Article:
So here it is, the first Fat Dogs blog. My aim is to give you a weekly insight into our lives here in France. The people, places, and some of the experiences that have contributed to the Fat Dogs and French Estates series.

We live in a rural spot. Some might even term it as being ‘isolated’, a word that is pure music to my husband, Jack’s, ears. But it’s not really. Our nearest neighbour, Lucia, an Italian lady of indeterminate age, lives a mere half kilometre away. We don’t see much of her, but we certainly hear her. It seems that several years ago Lucia gave over a goodly part of her home to feral cats. Attracting them on an almost daily basis, she treats these animals as her own, feeding and caring for them as any dedicated pet owner might. As part of her cat welfare programme, she runs a pretty tight ship when it comes to punctuality. So when 15:50 comes around, we know exactly what to expect. Without fail we’re treated to a succession of deafening howls as Lucia calls the various moggies to their supper. It’s an extraordinary noise, one that can cut through the fiercest of gale force winds. It’s actually more like a fox call than a human cry, and usually scares the living daylights out of our dogs. It does the trick though. Within minutes of the banshee cries, variously-coloured felines can be seen slinking out of the woods and across the fields on their ways to the house, where they nibble nervously at plates heaped with goodies.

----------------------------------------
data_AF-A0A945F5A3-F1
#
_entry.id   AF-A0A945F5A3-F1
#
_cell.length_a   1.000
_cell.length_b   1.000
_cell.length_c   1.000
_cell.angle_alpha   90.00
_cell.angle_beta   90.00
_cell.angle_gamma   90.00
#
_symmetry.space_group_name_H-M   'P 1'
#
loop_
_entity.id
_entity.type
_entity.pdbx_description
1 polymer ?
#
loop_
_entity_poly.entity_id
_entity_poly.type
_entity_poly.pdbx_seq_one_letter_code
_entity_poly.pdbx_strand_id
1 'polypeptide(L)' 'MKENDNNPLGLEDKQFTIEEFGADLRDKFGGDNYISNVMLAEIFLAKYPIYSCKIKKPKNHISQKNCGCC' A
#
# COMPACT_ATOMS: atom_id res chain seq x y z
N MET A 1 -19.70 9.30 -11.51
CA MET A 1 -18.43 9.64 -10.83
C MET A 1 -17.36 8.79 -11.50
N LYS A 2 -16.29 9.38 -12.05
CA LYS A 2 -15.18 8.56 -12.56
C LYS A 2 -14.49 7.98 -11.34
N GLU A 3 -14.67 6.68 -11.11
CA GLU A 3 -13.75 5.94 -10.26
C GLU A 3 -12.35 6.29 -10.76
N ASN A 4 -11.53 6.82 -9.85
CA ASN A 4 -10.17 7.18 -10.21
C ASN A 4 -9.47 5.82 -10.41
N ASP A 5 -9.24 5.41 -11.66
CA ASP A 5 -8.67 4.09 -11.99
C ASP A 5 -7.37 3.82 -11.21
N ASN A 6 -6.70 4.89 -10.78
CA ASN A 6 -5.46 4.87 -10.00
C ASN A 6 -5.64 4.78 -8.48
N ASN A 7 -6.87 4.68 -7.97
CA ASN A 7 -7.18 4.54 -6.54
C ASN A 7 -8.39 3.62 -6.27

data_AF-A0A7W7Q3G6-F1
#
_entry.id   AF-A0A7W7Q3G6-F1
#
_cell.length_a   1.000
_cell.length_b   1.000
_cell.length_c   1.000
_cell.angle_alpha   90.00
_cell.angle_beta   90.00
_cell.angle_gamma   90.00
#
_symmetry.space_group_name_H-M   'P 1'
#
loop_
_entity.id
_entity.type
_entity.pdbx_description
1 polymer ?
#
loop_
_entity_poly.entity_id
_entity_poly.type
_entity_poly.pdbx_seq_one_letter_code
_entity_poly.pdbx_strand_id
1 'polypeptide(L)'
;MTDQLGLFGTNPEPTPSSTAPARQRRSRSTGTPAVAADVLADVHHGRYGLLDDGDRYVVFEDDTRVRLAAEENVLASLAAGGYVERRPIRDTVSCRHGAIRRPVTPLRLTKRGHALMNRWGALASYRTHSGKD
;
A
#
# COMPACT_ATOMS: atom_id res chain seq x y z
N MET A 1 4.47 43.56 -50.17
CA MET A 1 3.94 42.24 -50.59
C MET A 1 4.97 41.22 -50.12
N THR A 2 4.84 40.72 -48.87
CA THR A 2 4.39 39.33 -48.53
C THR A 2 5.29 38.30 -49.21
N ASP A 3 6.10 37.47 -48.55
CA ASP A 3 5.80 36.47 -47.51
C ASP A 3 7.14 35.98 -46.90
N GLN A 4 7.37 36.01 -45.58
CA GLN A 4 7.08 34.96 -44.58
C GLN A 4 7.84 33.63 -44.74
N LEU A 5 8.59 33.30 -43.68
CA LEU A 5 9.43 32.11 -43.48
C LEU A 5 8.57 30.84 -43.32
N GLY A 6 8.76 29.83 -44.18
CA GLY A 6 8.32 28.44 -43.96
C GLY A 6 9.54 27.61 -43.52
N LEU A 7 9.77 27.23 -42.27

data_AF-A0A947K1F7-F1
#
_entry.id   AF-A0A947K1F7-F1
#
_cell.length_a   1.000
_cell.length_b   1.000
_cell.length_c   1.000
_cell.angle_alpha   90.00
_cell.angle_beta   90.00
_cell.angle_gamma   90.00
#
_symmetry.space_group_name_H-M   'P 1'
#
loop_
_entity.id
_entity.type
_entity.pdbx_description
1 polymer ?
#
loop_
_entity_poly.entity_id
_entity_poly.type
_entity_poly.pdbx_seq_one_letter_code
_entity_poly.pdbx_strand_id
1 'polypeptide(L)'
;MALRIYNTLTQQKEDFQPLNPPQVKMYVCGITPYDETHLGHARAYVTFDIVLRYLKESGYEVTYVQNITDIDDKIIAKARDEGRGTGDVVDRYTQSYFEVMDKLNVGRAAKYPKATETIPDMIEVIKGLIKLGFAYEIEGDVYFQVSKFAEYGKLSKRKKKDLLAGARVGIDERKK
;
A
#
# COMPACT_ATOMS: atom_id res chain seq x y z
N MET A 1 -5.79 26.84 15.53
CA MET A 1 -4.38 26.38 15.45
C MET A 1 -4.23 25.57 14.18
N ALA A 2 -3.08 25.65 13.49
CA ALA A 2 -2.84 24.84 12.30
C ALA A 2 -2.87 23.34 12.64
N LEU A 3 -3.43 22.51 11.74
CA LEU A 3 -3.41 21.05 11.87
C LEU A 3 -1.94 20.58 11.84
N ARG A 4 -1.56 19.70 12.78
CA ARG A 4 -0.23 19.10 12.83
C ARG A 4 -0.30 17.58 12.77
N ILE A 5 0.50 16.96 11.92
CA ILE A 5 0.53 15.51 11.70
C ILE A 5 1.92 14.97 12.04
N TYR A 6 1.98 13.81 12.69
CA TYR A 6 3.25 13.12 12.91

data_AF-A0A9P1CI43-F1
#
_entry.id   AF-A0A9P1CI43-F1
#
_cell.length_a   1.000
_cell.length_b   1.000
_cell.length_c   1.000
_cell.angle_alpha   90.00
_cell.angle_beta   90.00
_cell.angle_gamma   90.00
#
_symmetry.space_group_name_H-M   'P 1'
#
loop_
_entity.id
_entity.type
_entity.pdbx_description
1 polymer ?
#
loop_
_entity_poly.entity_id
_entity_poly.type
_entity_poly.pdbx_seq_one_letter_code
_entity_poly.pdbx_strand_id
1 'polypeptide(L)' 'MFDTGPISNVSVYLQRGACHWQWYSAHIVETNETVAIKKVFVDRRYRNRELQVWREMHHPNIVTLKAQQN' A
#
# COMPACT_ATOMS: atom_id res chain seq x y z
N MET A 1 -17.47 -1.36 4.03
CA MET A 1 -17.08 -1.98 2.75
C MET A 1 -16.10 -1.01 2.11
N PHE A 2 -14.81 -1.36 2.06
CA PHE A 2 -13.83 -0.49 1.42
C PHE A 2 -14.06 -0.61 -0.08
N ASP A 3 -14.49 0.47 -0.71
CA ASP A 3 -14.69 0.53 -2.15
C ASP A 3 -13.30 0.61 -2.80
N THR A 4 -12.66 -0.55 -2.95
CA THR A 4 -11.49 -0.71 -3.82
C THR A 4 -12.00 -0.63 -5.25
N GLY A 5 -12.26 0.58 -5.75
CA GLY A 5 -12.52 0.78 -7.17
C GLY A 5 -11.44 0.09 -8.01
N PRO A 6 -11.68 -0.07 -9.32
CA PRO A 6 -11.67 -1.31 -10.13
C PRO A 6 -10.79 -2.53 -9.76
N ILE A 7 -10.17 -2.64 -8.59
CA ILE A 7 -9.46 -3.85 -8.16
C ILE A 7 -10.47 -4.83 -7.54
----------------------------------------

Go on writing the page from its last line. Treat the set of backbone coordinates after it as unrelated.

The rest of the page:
Lucia is equally generous to her human friends. An example of this comes in the form of her annual trek to our house. This usually takes place between the first and second week in January. We’ll know that she’s on the way because of the precautionary four or five telephone calls she makes to us, warning of her imminent arrival. “Well, at least she’s not screaming across the fields at us. I don’t think my nervous system could take that,” says Jack.

This January followed the typical pattern although she arrived the day after the warning calls this time. But we didn’t mind. She staggered in bearing a huge lop-sided Christmas cake that was covered in whitish-grey icing sugar that closely resembled a stubble field. The top had been peppered with a selection of well-used plastic cake ornaments, some of which looked as though they had started life on top of a wedding cake. We knew them well - they had become old friends by now.